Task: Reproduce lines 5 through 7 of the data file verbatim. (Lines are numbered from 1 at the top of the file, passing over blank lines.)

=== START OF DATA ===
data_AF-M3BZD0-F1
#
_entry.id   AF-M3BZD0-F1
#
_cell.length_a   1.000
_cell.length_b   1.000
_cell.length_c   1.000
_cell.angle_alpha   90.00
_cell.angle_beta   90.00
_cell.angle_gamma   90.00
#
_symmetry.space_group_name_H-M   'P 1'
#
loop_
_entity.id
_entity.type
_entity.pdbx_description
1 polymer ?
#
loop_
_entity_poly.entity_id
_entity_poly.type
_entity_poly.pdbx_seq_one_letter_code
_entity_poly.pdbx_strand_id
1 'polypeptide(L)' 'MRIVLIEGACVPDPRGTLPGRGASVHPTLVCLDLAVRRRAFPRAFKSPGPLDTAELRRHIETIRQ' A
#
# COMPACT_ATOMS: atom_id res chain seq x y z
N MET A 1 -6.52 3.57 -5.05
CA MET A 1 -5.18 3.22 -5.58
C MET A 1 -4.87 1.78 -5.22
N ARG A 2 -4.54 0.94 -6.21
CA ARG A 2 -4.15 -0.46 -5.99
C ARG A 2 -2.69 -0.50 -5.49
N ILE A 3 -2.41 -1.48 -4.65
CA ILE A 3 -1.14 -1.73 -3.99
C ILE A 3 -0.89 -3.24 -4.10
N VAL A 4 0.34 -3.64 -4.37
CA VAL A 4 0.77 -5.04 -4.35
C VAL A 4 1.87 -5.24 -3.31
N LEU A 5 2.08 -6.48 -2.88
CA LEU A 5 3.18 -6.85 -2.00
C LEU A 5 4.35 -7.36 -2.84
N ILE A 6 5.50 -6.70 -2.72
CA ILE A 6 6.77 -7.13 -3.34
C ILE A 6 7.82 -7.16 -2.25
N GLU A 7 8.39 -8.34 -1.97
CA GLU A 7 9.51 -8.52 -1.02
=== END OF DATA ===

_cell.length_a   1.000
_cell.length_b   1.000
_cell.length_c   1.000